I drove up to Seattle today for a quick video shoot as part of a large video project that I am working on. The location, just off 45th Street and University Way, was smack dab in the middle of my old stomping grounds in the U-District and I was not prepared for the onslaught of nostalgia that hit me as I wondered down the familiar streets. I started remembering names and faces, successes and failures (mostly failures), fears and confidence-boosters, the classes at University of Washington, and the good and bad decisions that were made in those brief, yet amazing, moments in my life 14 years ago.
I have lived all of my life in Vancouver, but I grew up in Seattle. Straight out of high school in 1997, I moved into a dorm and started the journey of pursuing a degree in computer science (which turned out to be one of the most competitive programs to get into). I was filled with so much fear. Eyes wide open. Doors locked tight. I wasn’t prepared for the academic rigor and social acuity needed to succeed at the university level. I got distracted, lost my focus and slowly, but surely, my dreams shattered.
I was lost, didn’t know what I wanted to do, let alone know who I was. I didn’t know how to work for what I wanted. Over a period of two and a half years, my journey went from the idealistic and noble pursuit of computer science, to business, to art, to eventually dropping out to play bass guitar in a rock band (living on a couch for a few months). After the band fell apart, I moved back home filled with anger, resentment and humiliation.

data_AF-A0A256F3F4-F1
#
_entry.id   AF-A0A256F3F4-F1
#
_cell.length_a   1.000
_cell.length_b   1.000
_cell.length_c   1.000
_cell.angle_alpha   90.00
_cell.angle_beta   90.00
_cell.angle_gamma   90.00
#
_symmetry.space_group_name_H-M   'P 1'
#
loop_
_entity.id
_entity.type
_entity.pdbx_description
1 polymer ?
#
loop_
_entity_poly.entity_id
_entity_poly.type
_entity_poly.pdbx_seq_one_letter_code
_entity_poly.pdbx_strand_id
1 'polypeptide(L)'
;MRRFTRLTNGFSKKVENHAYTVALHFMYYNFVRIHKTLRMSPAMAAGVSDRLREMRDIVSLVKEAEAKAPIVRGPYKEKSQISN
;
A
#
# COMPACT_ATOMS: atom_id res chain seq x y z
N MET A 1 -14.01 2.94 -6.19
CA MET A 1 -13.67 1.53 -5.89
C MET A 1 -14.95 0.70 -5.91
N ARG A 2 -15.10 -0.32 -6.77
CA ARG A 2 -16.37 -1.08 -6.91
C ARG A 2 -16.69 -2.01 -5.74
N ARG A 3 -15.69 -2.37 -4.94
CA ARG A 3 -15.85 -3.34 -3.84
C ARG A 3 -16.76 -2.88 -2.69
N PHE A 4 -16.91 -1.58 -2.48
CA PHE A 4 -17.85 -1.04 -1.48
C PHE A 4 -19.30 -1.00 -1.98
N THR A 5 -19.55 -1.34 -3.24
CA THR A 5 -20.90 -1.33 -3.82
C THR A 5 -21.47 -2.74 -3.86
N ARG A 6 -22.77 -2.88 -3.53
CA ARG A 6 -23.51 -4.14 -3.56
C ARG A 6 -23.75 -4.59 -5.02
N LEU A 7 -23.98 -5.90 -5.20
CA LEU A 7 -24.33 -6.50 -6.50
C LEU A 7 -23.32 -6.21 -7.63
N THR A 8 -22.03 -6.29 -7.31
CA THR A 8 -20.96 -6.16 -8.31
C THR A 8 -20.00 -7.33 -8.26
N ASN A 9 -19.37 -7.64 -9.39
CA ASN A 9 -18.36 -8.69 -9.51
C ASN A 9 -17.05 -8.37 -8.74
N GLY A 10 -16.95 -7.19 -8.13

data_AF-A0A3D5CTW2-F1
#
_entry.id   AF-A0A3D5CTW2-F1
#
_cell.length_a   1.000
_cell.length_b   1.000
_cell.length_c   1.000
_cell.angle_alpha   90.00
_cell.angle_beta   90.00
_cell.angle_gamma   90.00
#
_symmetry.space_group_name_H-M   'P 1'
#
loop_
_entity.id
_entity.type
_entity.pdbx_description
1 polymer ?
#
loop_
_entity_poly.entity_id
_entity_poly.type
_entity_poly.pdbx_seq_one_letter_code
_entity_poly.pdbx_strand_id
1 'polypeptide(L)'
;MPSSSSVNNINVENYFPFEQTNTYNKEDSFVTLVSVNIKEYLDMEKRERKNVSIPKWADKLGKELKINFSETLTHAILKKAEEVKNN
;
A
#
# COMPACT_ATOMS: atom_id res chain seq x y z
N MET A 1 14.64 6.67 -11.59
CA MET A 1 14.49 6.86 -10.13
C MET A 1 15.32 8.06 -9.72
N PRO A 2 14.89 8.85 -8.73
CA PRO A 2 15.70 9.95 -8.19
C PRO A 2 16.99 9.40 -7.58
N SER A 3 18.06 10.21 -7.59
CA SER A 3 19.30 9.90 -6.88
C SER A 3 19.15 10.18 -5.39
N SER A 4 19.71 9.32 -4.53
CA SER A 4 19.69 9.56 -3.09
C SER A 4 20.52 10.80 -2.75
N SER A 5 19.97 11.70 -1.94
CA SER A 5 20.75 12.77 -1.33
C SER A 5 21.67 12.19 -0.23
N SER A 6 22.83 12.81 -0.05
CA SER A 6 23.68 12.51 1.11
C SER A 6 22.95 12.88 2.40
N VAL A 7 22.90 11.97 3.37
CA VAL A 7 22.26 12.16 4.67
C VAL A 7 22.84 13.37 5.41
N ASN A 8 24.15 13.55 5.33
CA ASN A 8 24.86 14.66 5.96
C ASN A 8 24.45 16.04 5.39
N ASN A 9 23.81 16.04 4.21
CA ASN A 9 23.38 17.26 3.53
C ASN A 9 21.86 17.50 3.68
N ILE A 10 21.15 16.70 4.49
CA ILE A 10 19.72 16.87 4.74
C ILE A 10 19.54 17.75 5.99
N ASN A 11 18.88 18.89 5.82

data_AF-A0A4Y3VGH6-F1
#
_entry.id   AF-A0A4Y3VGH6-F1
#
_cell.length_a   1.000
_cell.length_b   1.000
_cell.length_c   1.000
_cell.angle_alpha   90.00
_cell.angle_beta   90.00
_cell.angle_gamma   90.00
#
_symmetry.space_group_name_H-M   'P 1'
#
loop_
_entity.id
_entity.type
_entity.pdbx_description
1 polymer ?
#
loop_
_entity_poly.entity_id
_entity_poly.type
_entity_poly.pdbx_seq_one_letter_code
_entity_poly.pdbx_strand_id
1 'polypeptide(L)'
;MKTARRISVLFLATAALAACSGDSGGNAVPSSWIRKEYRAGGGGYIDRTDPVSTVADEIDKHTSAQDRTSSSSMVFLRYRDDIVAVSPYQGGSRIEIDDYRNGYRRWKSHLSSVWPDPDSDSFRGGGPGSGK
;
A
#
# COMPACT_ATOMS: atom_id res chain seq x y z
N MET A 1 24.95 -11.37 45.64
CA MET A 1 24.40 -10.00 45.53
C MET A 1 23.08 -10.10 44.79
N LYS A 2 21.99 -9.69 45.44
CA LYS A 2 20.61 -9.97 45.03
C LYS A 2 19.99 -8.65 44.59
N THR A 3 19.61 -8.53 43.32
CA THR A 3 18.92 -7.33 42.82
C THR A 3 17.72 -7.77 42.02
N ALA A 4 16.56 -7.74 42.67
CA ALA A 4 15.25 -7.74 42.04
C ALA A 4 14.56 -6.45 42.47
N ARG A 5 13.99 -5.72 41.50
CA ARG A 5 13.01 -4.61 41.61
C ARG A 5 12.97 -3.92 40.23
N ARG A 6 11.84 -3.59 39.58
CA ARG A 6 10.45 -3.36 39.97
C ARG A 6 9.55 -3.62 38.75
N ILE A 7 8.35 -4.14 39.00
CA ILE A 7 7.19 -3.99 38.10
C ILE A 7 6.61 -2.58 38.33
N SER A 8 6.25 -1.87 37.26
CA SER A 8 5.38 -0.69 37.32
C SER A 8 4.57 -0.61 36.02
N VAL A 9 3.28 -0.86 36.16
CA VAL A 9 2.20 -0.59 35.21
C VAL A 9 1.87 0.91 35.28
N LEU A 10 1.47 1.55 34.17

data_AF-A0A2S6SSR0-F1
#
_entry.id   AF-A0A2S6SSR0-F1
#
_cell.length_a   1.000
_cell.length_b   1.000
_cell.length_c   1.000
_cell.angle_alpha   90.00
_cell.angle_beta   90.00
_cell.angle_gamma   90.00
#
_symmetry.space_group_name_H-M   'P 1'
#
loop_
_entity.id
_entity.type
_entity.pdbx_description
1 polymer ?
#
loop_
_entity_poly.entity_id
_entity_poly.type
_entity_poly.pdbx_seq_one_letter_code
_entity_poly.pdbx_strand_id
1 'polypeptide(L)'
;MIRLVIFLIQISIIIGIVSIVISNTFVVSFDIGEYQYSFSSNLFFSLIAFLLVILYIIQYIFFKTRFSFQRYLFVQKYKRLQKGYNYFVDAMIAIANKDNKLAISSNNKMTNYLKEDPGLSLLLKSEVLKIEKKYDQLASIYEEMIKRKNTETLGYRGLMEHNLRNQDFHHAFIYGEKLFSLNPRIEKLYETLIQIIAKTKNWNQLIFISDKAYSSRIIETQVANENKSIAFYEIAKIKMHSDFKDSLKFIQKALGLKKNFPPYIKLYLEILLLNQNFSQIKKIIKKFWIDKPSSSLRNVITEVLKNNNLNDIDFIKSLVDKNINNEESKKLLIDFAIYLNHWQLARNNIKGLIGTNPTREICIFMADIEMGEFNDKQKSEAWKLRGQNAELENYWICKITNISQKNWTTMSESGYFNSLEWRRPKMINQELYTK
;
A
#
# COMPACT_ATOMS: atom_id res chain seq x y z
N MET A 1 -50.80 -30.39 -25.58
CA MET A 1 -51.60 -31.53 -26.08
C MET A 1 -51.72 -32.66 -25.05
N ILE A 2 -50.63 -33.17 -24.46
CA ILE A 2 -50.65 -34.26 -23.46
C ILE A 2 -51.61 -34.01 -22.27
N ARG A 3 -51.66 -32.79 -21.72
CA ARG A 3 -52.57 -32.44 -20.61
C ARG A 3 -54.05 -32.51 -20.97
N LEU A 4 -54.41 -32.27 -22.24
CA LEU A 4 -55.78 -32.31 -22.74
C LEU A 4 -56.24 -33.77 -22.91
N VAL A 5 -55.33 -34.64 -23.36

While the dreams of my youth were shattered in those years, they form the basis for the man that I would become. In time, I learned who I was, what I wanted to do, and how to work for what I wanted. A lot of what I do as a business owner today is reflected in my UW journey: technical, creative and artistic work on the computer for the purpose of business, as well as an occasional strum of the guitar.
As a 32 year old married man reflecting upon my 18 year old frightened and alone self, I can’t help but feel a tinge of sadness and remorse for those wasted years. I think of old friends that I lost touch with, realizing how much I miss each and every one of them: Scott, Russell, Nevhiz, Tom, Mike, Blanca, Josh, Harry, Chris, Dustin, Cody, Adrian, and a whole slew of supporting characters whose names I can’t remember. I think of funny stories, embarrassing and heart-aching moments, and everything that I did as a young man away from home for the first time. I think of all those things and wish that I could give myself some insight on how to better survive and enjoy those times.
But then I think about the life that I have now and the nostalgia of the past life melts into a sea of gratitude. I think about the new cast of characters that have made my life better, teaching me how to selflessly love: Kristina (my awesome, lovely, inspiring wife of almost seven years), Dennis, Ben, Bruce, Gayle, Dave, Dale, Cheryl, Tim, and all of the people that in their unique ways speak into my life.
Finally, I pause and say a prayer of gratitude and thanksgiving for the many lives that I have lived since those formative years in Seattle. If I did not have those years to build a life upon, what would my life be?
Only God knows.
One reply on “Reflections Upon Past Lives”
I’ve often wished I could speak with my 18-20 year old self…but then I think, would I really listen? Thanks for sharing your nostalgia, and no matter what road brought you here, I’m glad to know you now.